- The Washington Times - Tuesday, December 11, 2001


"Both Pearl Harbor and September 11 for all our enemies' cowardly audacity in murdering unsuspecting Americans in a time of peace were military blunders of the first order. The Japanese killed over 2,400 Americans, sank 8 battleships, and destroyed 186 planes, but they also found no aircraft carriers, sent no real modern ships to the bottom, left most of the Pacific fleet's critical oil reserves intact, and made no further attempt to disrupt shipping between Hawaii and the West Coast much less seriously shell and bomb a mostly unprotected and ill-prepared American mainland.

"So too it is with the terrorists. After the initial shock, they have been unable to erode further American assets. While we have suffered a grave defeat thousands dead, $50 billion in property damage, trillions lost in financial capital, and millions out of work the ability of the United States to maintain its role as a world power remains unquestioned.

"In fact, bin Laden's terrorists, like the Japanese militarists, violated the chief tenet of military science of the ages one should never attack a militarily superior enemy in a time of peace without inflicting such damage as to cause ruination and thus prevent retaliation. Admiral Nagumo himself later acknowledged that he had 'awakened a sleeping giant and filled her with a terrible resolve' a confession apparently unknown to the supposedly astute bin Laden."

Victor Davis Hanson, writing on "Dates in Infamy," Friday in National Review Online at www.nationalreview.com

All together then

"The Beatles are dead. Long live the Beatles!

"Yes, I know the Beatles broke up in 1970, and John Lennon was murdered 21 years ago, but with George Harrison's death last month, the group is really dead. Any hope I had of reunion music sounding remotely like the fabulous four is gone.

"In 1964, John, Paul, George and Ringo arrived in America on the cusp of baby boomers' coming of age. Most of us were 16 years old. Was there a boomer alive who didn't love them?

"After the Mickey Mouse Club, the Beatles were the last unifying factor for my generation. Political upheaval over the Vietnam War and civil-rights movement ultimately caused baby boomers to fracture and shoot off into split trajectories.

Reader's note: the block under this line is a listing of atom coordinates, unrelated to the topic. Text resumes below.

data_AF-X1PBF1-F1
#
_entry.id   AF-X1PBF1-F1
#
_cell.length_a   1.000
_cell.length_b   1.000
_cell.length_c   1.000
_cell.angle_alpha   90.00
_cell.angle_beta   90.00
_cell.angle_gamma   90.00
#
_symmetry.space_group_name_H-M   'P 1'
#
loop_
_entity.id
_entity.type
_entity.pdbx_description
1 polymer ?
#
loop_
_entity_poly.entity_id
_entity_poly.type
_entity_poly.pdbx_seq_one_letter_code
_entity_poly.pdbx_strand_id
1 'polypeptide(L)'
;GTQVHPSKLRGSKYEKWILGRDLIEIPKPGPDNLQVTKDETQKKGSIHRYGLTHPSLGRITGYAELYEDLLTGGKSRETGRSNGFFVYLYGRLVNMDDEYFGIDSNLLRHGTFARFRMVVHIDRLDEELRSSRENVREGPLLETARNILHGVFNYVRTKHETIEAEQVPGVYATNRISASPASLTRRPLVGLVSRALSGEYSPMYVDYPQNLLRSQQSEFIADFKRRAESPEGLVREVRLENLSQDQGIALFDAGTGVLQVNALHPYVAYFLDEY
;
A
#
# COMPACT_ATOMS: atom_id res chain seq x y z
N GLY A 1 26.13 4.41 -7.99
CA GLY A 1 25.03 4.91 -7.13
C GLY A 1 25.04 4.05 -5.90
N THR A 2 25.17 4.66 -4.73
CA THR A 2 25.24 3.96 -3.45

"So the memories of first blush Beatlemania when we all sang their songs together stay sweet, despite George Harrison's untimely death from cancer.

Ellen Makkai, writing on "Long Live the Beatles," Saturday on World Net Daily at www. worldnet daily.com

American power

"The theme of the unprecedented dominance of the United States on the world stage has been among the enduring topics of international discourse since the collapse of the Soviet Union. French Foreign Minister Hubert Védrine has famously termed the United States the world's 'hyperpower.' But he has hardly been the only one to embrace happily or unhappily the notion of America's untouchable global sway.

"America has looked much more vulnerable since September 11, as have all traditional nation-states. But even before the devastating suicide attacks and the advent of bioterror, a disenthralled observer would have concluded that American power, while impressive, was not as overwhelming and unchallengeable as it had been a half-century earlier.

"Yes, the Soviet Union was gone and no great-power rival had emerged to take its place. But from the perspective of the prior half-century, using many of the traditional measurements of state strength (that is, a nation's relative economic, demographic, and military position), the United States had become less powerful and less dominating between the mid-20th century and the new millennium."

Clark S. Judge, writing on "Hegemony of the Heart," in the December/January issue of Policy Review

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